Thank you for your continued support of the ABA, the legal profession, and the judiciary. As the voice of the legal profession, we must not allow those among us who would do harm, in any form, to destroy the very freedoms our legal system is entrusted to protect.

Sincerely,

Robert J. Grey, Jr.
President, American Bar Association

Standard 11 - Ex Parte Communications

Standard 11 - Ex Parte Communications

by Judge Gregory K. Orme

Editors' Note: A member of the Supreme Court's Advisory Committee on Professionalism will discuss one of the new Standards of Professionalism and Civility with each issue of the Bar Journal. The opinions expressed are those of the member and not necessarily those of the Advisory Committee.

"Lawyers shall avoid impermissible ex parte communications." There's nothing novel about this idea: Don't talk to a judge (or other adjudicator) about a case unless opposing counsel is in on the conversation. The same precept holds for conversations with the judge's law clerk or other members of the judge's staff. There are a few exceptions, mostly having to do with procedural things, like scheduling, but always err on the side of avoiding one-sided conversations about cases.

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New Laws Every Lawyer Should Know

New Laws Every Lawyer Should Know

by Brent N. Bateman

This article highlights some important bills passed in the recently concluded 2005 Utah legislative session. The new laws discussed here are important to members of the State Bar, not because they are interesting or controversial, but because they include changes that attorneys should be aware of in practice. For example, some legislative changes may affect the advice an attorney gives to a client. Naturally, this article will not provide an exhaustive review of new legislation impacting the bar. Rather, it will briefly discuss a few selected laws, hoping to inspire members of the bar to undertake a more detailed review.

The newly enacted statutes are organized here into very general practice areas. Note, however, that a bill often impacts more than one practice area. For example S.B. 47, Wrongful Lien Offenses, discussed below in the criminal section, also raises issues of real property law, tort law, and estate planning.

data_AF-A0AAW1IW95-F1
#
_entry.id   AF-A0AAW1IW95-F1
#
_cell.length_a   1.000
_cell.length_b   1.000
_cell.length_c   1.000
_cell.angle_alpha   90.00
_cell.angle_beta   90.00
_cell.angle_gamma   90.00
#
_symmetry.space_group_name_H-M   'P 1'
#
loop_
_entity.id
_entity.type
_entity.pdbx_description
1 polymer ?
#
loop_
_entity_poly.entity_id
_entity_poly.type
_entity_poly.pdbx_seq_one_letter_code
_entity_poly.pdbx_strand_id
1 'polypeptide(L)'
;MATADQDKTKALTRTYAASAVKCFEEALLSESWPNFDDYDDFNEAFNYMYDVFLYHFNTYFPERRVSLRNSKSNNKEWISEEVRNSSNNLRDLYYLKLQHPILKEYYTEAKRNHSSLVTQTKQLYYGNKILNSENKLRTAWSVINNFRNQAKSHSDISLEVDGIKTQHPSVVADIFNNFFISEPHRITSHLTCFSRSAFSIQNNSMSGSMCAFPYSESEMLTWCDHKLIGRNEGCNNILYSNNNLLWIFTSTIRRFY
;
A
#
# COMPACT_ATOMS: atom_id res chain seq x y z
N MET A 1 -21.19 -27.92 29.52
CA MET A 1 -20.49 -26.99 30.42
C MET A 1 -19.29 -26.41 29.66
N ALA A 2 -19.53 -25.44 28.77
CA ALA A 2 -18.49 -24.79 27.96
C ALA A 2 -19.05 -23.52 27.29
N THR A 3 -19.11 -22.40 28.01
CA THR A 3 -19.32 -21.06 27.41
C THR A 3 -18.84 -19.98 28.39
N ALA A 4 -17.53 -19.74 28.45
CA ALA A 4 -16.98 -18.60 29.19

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Some Thoughts Concerning Trustee Selection

Some Thoughts Concerning Trustee Selection

by Langdon T. Owen, Jr.

The selection of an appropriate trustee is of concern for anyone establishing a trust. A good trustee will provide real tangible benefits, and a bad trustee will provide nothing but nightmares. This article contains thoughts on the subject of trustee selection that counsel drafting trust instruments may find useful in dealing with clients.

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Outsourcing - for Easy, Effective Data Protection

Outsourcing - for Easy, Effective Data Protection

by David Saperstein

Attorneys' Data - and Practices - Are Vulnerable
Attorneys, whether solo practitioners, members of a small or large firms, or in-house counsel for corporations, need to consider these statistics:

¥ 40% of data loss arises from hardware failure and 29% from human error.1

¥ About 7 million laptops are lost, badly damaged, or stolen each year.2

¥ 47% of organizations surveyed by the Computer Security Institute experienced between 1 and 5 computer security breaches in the last 12 months.3 56% of disaster recovery professionals identified such issues (e.g., unauthorized access, viruses) as an extreme threat to business continuity.4

¥ The amount of stored data is growing at 125% per year.5 This growth increases the data security, long-term recordkeeping, and/or auditing challenges of compliance with such laws as Gramm-Leach Bliley, the Health Insurance Portability and Accountability Act (HIPAA), Sec. Rule 17a-4, and Sarbanes-Oxley.

¥ Companies that cannot resume operations - including recovering key data - within 10 days of a disaster are not likely to survive.6

What do these statistics have to do with the practice of law? Answer these questions:

¥ Who performs data backup in the office (or branch offices) and how often? Is the backup reliable?

¥ Does the office maintain a copy of its data off-line - and off-site in a secure location - so that it is safe from natural disasters, technical malfunctions, and accidents at your site (as well as from a range of human risks such as deletion errors, viruses and hacking)?

¥ How fast can the office recover its data? How much of it can be recovered?

Continue reading "Outsourcing - for Easy, Effective Data Protection" »

Standards for Standards' Sake

Standards for Standards' Sake:

by Eric K. Johnson